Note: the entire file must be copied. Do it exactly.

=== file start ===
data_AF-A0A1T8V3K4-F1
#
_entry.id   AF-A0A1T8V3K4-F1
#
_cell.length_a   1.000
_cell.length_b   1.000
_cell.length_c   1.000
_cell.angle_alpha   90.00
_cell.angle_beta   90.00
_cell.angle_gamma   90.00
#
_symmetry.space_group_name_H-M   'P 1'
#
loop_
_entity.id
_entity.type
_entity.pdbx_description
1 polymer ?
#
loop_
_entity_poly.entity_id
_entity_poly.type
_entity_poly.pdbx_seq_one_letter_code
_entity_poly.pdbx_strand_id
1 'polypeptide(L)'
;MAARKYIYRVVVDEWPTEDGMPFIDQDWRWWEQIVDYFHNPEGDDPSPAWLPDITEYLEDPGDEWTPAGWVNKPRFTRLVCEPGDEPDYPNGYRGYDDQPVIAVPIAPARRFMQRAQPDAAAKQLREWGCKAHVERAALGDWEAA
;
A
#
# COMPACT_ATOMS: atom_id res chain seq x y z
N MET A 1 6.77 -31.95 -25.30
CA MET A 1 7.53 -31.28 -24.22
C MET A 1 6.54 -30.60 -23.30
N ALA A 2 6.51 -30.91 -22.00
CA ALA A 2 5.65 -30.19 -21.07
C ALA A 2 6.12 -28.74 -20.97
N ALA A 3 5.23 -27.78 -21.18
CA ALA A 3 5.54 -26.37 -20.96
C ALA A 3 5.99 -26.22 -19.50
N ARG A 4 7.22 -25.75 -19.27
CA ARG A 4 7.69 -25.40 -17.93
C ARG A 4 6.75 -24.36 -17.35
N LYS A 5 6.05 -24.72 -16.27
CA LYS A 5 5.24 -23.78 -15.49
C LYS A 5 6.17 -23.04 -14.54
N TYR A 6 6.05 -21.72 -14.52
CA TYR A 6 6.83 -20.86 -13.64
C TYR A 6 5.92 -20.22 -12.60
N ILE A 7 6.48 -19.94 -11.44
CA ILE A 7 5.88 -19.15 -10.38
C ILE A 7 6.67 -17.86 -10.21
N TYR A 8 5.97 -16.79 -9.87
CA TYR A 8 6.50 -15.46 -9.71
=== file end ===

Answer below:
data_AF-A0A1T8V3K4-F1
#
_entry.id   AF-A0A1T8V3K4-F1
#
_cell.length_a   1.000
_cell.length_b   1.000
_cell.length_c   1.000
_cell.angle_alpha   90.00
_cell.angle_beta   90.00
_cell.angle_gamma   90.00
#
_symmetry.space_group_name_H-M   'P 1'
#
loop_
_entity.id
_entity.type
_entity.pdbx_description
1 polymer ?
#
loop_
_entity_poly.entity_id
_entity_poly.type
_entity_poly.pdbx_seq_one_letter_code
_entity_poly.pdbx_strand_id
1 'polypeptide(L)'
;MAARKYIYRVVVDEWPTEDGMPFIDQDWRWWEQIVDYFHNPEGDDPSPAWLPDITEYLEDPGDEWTPAGWVNKPRFTRLVCEPGDEPDYPNGYRGYDDQPVIAVPIAPARRFMQRAQPDAAAKQLREWGCKAHVERAALGDWEAA
;
A
#
# COMPACT_ATOMS: atom_id res chain seq x y z
N MET A 1 6.77 -31.95 -25.30
CA MET A 1 7.53 -31.28 -24.22
C MET A 1 6.54 -30.60 -23.30
N ALA A 2 6.51 -30.91 -22.00
CA ALA A 2 5.65 -30.19 -21.07
C ALA A 2 6.12 -28.74 -20.97
N ALA A 3 5.23 -27.78 -21.18
CA ALA A 3 5.54 -26.37 -20.96
C ALA A 3 5.99 -26.22 -19.50
N ARG A 4 7.22 -25.75 -19.27
CA ARG A 4 7.69 -25.40 -17.93
C ARG A 4 6.75 -24.36 -17.35
N LYS A 5 6.05 -24.72 -16.27
CA LYS A 5 5.24 -23.78 -15.49
C LYS A 5 6.17 -23.04 -14.54
N TYR A 6 6.05 -21.72 -14.52
CA TYR A 6 6.83 -20.86 -13.64
C TYR A 6 5.92 -20.22 -12.60
N ILE A 7 6.48 -19.94 -11.44
CA ILE A 7 5.88 -19.15 -10.38
C ILE A 7 6.67 -17.86 -10.21
N TYR A 8 5.97 -16.79 -9.87
CA TYR A 8 6.50 -15.46 -9.71